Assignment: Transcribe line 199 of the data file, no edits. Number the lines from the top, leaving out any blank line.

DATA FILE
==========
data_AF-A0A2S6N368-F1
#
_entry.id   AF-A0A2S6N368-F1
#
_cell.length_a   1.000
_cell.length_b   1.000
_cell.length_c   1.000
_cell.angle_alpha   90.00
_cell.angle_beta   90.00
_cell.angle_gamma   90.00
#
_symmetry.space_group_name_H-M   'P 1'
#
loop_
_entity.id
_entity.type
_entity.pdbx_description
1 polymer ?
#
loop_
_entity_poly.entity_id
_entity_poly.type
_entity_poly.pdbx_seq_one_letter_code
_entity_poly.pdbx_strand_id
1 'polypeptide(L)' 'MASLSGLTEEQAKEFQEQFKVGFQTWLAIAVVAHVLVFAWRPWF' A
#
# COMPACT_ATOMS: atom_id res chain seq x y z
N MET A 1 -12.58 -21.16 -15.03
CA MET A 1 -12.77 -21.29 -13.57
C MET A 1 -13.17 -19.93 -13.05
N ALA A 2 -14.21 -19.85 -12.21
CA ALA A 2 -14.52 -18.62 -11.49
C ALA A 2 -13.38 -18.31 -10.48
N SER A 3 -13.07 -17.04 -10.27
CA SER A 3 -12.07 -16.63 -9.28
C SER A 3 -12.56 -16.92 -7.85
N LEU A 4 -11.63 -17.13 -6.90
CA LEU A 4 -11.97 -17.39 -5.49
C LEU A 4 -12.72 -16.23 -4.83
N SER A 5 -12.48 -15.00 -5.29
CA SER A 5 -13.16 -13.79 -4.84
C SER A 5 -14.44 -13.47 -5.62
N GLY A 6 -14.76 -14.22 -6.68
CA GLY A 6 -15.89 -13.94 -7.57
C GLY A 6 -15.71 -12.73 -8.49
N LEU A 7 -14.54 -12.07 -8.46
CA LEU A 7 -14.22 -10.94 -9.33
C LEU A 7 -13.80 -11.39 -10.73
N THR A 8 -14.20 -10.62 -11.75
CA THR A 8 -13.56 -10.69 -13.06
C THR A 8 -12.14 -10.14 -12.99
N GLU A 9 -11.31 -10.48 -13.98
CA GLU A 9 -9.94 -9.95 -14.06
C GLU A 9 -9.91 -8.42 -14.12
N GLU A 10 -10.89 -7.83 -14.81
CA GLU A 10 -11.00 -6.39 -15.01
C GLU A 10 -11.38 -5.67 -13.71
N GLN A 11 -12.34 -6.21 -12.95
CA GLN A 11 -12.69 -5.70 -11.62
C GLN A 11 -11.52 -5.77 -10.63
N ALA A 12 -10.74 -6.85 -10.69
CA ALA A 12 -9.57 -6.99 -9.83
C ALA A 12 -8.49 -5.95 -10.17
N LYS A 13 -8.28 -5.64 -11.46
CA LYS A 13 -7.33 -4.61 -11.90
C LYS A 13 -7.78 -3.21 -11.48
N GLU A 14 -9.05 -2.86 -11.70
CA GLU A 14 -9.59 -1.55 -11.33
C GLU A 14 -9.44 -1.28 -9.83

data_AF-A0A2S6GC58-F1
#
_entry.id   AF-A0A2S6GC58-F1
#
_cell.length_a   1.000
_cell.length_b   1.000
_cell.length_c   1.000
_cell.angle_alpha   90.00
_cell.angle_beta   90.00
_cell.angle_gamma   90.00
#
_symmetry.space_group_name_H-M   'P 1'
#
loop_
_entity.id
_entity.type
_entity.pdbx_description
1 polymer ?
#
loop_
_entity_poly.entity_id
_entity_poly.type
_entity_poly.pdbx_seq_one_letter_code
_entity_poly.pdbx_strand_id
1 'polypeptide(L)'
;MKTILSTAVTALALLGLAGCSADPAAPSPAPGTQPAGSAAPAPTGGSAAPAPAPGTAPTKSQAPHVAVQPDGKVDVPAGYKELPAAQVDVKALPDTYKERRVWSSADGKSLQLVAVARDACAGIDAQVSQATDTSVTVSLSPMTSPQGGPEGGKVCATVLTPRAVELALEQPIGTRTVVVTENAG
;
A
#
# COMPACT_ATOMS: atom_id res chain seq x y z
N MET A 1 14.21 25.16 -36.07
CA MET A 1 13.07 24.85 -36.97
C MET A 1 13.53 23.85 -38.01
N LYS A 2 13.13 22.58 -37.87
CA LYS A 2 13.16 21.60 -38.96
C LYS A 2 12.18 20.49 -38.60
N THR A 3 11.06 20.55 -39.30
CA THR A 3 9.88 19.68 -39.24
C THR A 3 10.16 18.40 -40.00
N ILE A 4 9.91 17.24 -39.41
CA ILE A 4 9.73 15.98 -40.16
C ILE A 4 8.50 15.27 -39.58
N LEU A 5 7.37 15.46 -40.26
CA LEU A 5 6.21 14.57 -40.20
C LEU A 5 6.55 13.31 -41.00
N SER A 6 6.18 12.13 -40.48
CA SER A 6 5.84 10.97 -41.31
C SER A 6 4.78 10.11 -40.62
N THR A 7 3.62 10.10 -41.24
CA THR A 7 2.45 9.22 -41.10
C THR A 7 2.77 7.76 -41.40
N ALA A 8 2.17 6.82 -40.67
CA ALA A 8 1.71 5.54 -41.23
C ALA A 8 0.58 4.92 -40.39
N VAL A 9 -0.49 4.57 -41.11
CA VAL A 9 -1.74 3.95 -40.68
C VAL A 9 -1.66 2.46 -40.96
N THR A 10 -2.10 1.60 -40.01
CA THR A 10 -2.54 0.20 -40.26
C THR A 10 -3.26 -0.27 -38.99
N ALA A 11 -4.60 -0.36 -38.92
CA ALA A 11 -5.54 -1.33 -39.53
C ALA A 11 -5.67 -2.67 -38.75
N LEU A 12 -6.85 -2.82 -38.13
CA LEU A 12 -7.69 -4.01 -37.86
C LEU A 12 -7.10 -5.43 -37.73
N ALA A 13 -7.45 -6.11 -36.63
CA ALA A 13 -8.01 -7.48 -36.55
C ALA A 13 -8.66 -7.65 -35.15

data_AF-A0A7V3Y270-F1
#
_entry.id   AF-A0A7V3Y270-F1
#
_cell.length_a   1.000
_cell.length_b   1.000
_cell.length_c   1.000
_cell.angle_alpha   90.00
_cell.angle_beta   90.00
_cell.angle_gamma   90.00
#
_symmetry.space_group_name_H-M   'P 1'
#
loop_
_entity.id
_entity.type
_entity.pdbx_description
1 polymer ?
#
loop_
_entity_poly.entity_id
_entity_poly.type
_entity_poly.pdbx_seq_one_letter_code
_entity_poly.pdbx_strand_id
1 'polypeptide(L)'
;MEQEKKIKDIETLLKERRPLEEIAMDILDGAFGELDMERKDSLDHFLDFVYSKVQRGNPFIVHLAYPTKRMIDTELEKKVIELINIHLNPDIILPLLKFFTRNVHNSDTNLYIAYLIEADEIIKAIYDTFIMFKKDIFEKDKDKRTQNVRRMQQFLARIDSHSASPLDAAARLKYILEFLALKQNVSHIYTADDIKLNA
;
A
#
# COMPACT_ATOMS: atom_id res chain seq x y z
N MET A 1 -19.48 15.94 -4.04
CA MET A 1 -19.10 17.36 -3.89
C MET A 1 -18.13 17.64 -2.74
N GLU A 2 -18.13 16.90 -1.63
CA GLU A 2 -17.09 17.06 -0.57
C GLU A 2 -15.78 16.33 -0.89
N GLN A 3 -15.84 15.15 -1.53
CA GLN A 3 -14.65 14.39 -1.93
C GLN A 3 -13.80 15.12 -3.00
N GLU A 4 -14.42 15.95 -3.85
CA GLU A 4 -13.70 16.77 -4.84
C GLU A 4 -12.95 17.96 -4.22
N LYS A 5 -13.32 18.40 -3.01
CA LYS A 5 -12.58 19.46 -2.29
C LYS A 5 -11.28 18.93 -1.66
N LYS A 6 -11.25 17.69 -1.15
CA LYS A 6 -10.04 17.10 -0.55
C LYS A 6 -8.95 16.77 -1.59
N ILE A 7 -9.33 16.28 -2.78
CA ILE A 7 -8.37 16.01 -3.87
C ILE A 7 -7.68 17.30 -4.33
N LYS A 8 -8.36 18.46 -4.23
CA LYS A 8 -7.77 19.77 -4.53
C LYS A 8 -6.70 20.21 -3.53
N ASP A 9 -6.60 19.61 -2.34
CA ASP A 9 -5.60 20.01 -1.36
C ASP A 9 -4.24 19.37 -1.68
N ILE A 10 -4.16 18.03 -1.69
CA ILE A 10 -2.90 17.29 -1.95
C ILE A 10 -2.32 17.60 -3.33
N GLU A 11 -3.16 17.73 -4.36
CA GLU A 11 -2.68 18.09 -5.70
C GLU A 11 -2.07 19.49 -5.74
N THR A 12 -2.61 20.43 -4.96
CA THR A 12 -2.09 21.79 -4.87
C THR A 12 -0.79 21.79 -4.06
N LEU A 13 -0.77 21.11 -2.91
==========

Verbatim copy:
N GLU A 11 -3.16 17.73 -4.36